Write an introductory essay about yourself.
It takes passion, composure and a minimal level of transcendence to compose a valid description of oneself. Therefore, it is only fair for me to begin by introducing the simplest aspect to my existence; I am human. I am prone to curiosity. I am prone to error. With that stated, it is safe to say that life has taught me well. Born in Jordan, I grew up knowing what it’s like to have ambition, to aim high, and to fight for what’s right. My parents taught me to earn what I get, rather than to ask for it, and I live by this mantra. Everything around me inspires me in impossibly different ways. I learned how to approach people by watching others do so. I learned that high goals are set to be accomplished, and that failure must go along the lines of a second chance. Therefore, when I draw I prosper. When I write poetry, I flourish. And when I run, I feel alive. My interests are no different than any other’s. I like to question a lot, I like to listen, and I like to prove points. When given an argument to work with, I like to compromise between both ends before I start to argue. When given a pencil, I like to sketch my fears. Literally. And when given the freedom to express, I like to think myself a poet. Even if it is only imagined, my passion towards writing never stows. I’m not saying that I am the best out there, but the courses that my life has taken taught me to empathise. My strengths as a student include my ability to connect with people and to concentrate, and my weaknesses as a student include my ambition. I would like to become a person who has the confidence to always move forward despite the challenge. I would like to improve my writing skills, to broaden my perspective, and to start shaping my own world. With all the effort I promise I will pour into my work, I hope I can gain that spark and the ability to achieve and learn from my mistakes.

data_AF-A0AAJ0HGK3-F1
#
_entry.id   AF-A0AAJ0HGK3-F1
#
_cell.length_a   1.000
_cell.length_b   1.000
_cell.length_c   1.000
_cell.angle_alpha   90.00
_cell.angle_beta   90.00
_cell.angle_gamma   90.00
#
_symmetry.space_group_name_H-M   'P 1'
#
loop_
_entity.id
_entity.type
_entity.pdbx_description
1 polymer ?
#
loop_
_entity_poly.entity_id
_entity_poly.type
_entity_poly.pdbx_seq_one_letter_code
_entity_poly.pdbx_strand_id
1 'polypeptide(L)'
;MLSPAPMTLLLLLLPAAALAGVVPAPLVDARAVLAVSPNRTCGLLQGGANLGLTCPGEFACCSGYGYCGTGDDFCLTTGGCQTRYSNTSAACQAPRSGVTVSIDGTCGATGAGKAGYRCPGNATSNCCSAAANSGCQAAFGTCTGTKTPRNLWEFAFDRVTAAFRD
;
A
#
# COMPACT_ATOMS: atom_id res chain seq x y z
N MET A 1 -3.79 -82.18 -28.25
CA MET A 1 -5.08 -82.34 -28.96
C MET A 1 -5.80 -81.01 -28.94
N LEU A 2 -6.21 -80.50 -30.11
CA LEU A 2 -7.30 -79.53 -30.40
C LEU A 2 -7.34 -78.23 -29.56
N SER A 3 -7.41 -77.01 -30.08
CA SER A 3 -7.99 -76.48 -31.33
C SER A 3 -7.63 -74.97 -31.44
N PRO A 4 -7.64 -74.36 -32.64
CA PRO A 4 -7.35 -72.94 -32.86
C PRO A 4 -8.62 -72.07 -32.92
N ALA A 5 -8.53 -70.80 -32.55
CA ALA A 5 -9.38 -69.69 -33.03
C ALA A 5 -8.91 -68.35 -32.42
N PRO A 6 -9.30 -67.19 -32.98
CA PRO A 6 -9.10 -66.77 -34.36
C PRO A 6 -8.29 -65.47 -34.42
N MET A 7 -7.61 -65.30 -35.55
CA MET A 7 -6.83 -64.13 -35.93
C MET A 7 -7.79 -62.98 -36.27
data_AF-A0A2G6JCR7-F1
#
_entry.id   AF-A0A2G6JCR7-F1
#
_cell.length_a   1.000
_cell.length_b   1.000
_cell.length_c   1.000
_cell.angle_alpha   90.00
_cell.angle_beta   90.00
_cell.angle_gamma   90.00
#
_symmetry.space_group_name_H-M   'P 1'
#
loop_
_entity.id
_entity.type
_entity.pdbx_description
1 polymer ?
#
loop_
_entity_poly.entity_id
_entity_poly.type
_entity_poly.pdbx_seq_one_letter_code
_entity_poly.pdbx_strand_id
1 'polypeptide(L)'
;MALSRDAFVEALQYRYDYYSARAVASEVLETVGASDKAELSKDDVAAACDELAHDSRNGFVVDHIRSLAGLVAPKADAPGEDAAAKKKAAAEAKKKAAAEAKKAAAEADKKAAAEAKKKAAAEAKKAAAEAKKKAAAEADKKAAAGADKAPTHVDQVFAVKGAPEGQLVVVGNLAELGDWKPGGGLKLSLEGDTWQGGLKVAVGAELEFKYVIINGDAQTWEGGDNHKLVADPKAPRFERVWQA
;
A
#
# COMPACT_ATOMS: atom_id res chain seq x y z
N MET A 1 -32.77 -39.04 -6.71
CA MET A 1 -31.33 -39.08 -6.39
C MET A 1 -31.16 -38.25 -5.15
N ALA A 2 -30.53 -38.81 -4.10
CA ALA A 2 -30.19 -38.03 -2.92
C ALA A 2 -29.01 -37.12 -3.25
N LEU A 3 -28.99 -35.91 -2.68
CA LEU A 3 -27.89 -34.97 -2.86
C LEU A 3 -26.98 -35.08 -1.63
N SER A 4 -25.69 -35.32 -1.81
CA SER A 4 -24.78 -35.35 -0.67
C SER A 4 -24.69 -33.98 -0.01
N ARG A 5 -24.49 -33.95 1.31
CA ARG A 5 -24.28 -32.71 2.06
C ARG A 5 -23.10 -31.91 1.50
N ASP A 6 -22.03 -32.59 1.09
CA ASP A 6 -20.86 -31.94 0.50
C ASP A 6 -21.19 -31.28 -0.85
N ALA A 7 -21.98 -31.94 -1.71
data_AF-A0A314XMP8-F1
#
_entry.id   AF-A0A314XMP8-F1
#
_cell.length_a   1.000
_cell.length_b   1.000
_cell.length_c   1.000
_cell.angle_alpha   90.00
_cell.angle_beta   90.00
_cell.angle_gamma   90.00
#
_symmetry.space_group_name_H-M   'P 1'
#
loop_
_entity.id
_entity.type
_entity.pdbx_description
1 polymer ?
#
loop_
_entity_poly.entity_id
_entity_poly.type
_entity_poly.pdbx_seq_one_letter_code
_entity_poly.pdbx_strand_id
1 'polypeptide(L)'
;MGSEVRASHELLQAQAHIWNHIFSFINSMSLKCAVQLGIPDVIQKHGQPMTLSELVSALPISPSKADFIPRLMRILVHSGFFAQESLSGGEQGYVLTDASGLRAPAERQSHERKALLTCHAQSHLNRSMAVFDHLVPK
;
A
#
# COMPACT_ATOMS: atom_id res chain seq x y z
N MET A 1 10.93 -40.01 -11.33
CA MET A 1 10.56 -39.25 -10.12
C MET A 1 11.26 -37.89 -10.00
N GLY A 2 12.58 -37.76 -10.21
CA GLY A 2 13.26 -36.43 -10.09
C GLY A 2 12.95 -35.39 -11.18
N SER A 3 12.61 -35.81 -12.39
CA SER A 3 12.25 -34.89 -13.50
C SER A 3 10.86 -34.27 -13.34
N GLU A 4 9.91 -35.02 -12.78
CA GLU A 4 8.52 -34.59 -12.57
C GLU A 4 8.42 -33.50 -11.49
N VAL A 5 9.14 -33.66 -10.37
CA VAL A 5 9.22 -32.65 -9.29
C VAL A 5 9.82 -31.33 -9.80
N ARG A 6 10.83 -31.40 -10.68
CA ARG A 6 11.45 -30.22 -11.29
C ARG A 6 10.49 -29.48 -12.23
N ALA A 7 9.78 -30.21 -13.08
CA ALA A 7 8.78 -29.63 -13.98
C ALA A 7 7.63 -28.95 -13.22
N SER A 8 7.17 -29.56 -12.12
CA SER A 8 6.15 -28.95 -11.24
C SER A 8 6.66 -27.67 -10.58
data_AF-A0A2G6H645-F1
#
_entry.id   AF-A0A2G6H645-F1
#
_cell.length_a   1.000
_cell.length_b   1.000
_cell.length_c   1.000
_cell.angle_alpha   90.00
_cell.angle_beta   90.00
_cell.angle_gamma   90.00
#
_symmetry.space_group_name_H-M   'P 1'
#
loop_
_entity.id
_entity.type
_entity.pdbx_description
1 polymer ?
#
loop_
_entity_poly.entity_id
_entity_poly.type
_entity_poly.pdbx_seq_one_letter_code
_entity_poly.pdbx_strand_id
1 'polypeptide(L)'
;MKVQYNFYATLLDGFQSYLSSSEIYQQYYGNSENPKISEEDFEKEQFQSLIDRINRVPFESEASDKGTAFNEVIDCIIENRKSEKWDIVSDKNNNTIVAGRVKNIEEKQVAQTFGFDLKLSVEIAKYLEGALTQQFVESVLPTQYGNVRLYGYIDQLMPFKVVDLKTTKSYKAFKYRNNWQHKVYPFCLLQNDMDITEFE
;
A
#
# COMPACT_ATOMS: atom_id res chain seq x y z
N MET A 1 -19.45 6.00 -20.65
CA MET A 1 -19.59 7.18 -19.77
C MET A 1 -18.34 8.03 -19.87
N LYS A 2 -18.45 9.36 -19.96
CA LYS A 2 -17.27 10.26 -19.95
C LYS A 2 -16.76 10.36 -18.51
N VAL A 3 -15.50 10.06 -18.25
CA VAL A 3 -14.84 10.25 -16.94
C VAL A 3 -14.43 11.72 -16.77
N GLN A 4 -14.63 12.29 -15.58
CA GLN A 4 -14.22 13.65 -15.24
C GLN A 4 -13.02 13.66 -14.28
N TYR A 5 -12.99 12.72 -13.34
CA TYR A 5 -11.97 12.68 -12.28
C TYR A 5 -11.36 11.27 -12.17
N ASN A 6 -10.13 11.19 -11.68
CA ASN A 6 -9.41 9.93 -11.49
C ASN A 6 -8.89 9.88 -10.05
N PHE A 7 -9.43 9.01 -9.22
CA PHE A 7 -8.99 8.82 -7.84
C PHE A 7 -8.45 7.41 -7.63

Does natural poetry exist?
It often dazzles me, the lunacy which accompanies my contemplation of the power of poetry. It also leaves me spellbound and forces me to deem natural poets oracles of divination. I have read once and will recite the following words to make clear as to why it maddens me, pondering over the power that lies in the hands of a poet. John Kehts had said, “if Poetry comes not as naturally as the Leaves to a tree it had better not come at all.” This to me translates to: Only natural poets shall attempt to write poetry, and according to such reality, natural poets exist to do so. How frightening it is to believe such words yet how comforting; I certainly do find truth—that which petrifies me—in Kehts’ revelation. And the reason why it scares me is because it is also suggestive of the scarceness of natural poets. You see, in a universe like ours, poets are the black sheep; they are the bearers of the word of God, the prophets of today. They are the ones who find ease in shapeshifting, who mould their souls into those of others to find the right words to divulge. They are those who dissociate themselves from the realm of reality, who die every day to write of death, who are born every day to write of birth, who are the speakers of the language of the soul, the apprentices of elegance and finesse. They are the breath of Brahman, the sempiternal. They caress words with their expertise and make their poems such that they have the eloquence to sway a newborn. And to find a natural poet in someone is decadence, let alone in yourself. Therefore, let us think not of searching for those lunatics, not even in ourselves. Let us instead write as if the skies have asked us to compete and we shall all compete. Those who prove themselves insane, who find themselves vomiting words on paper, who think less of the prize and more of the beauty of the journey—they are the ones who shall, once truly dead, be throned as the mothers and fathers of natural poetry. And their words shall live on.